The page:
Steve Adler

 

Mayor Steve Adler speaks at a town-hall meeting held at the Greater Mount Zion Church on March 15, 2018.
Credit Andrea Garcia for KUT

Steve Adler became Austin’s 52nd mayor in January 2015 through a new system known as 10-1. It was the first time a mayor was elected citywide, while the other 10 council members were elected by residents from their distinct geographical districts.

After completing his undergraduate at Princeton University, Adler moved to Austin in 1978 to study at the University of Texas School of Law. He has practiced law in Texas for more than three decades, focusing on civil rights and eminent domain issues. Outside of his law practice, Adler spent nearly 10 years working for the Texas Legislature and two decades working with Austin nonprofit organizations. 

As mayor, Adler has prioritized the mobility, affordability and inclusivity of Austin. He initiated the Equity Office and created the Task Force on Institutional Racism and Systemic Inequities. In 2016, voters approved a $720 million mobility bond he proposed to improve main roads and make public transit more accessible. Adler worked to establish the Fair Chance Hiring Ordinance, which aims to make jobs more accessible for those with convictions. He was also a vocal advocate for Austin’s Major League Soccer team.  

  

Jorge Sanhueza-Lyon / KUT

A member of the Austin City Council says he wants to prevent Syrian refugees from coming to Austin, which is putting him at odds with the mayor.

Prominent Austin philanthropist, arts activist and lawyer Jo Anne Christian died Thursday afternoon after a battle with lung cancer. She was 79 years old.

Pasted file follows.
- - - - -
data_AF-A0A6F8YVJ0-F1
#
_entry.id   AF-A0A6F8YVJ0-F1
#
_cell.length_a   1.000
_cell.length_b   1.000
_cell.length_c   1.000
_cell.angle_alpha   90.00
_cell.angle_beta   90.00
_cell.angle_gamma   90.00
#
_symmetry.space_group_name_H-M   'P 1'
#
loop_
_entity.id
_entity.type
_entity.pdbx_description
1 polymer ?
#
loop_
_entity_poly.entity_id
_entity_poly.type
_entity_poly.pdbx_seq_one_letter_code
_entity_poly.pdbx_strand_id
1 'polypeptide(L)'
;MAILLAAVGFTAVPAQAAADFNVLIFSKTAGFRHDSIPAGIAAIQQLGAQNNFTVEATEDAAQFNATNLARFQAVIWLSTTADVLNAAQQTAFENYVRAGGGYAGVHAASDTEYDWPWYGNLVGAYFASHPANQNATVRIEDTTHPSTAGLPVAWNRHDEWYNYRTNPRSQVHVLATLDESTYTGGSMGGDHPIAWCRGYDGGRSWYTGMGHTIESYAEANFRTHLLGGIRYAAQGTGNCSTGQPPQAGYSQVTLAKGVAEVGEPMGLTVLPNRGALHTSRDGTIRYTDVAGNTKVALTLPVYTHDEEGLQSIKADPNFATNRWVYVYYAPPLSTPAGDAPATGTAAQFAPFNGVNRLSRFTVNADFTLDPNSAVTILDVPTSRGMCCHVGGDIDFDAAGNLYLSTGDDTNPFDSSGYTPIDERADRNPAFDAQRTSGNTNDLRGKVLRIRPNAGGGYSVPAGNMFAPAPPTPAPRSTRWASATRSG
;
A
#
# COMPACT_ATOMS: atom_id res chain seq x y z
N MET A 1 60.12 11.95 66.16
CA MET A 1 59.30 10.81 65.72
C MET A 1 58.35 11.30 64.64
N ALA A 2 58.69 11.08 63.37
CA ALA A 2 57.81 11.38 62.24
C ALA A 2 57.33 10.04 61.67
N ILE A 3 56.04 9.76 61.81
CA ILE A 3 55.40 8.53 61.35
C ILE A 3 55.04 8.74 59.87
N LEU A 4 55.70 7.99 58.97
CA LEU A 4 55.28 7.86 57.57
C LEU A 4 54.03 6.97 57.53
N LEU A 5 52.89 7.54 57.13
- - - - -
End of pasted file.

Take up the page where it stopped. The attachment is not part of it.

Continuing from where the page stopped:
Hundreds of veterans and their supporters marched up Congress Avenue Wednesday to the state capitol, where a commemoration ceremony took place for Veterans Day. Among those attending were Austin Mayor Steve Adler and Texas Governor Greg Abbott.

Jorge Sanhueza-Lyon/KUT News

The City of Austin announced Thursday that Mayor Steve Adler declared a Local State of Disaster to remain in effect until taken up at an upcoming special called City Council meeting.

At the meeting, to take place this Sunday, the ratification and extension of the declaration has been added to the agenda. Adler stated the declaration in a memo to council:

City of Austin

Austin city officials gathered for a press conference today to respond publicly to news, first reported by the Austin American-Statesman, about a training that city staff attended in March on how to work and interact with women. The training session, called "The Changing Dynamics in Governance: Women Leading in Local Government," apparently attempted to address "techniques" for working with the city's new majority-female city council.

City staffers attended the session, led by Jonathan Allen, now-former City Manager of Lauderdale Lakes, Florida, in which he taught that "if you attempt to use the same communication techniques, management techniques, that you use or attempted to use in a predominantly male environment, you will be making a serious error in your professional development. Because they don't process things in the same way."

Ilana Panich-Linsman/KUT News

Austin Mayor Steve Adler has been pushing an idea for weeks now: He needs more staff. Adler says this city council has set some big goals and that it will be really difficult to achieve them without more staff.

There's been tension building for weeks. And as much as Adler explains his point of view, the council is still failing to see things through his eyes.

Jeff Heimsath for KUT News

From the Austin Monitor:

Mayor Steve Adler is trying to boost the chances that his 10 City Council colleagues will vote for a resolution directing the city manager to identify funding options for five new members of the mayor’s staff — at a projected annual cost of $490,645.

Even if Council approves the resolution today, it does not guarantee that his colleagues will vote to spend the money when the answers come back.

Last night, employing a tactic heretofore unseen by the Monitor, Adler sent out an email asking his supporters for help in approving a larger staff for his office. Adler took the unorthodox step of requesting that his supporters email other Council members to promote his plan.

Callie Hernandez for KUT

Austin Mayor Steve Adler wants to hire more staff. The rationale for his request: The city's needs are great and need more people to be solved. City Council members agree with that. What they don't agree on is how to pay for additional staff.

From the Austin Monitor: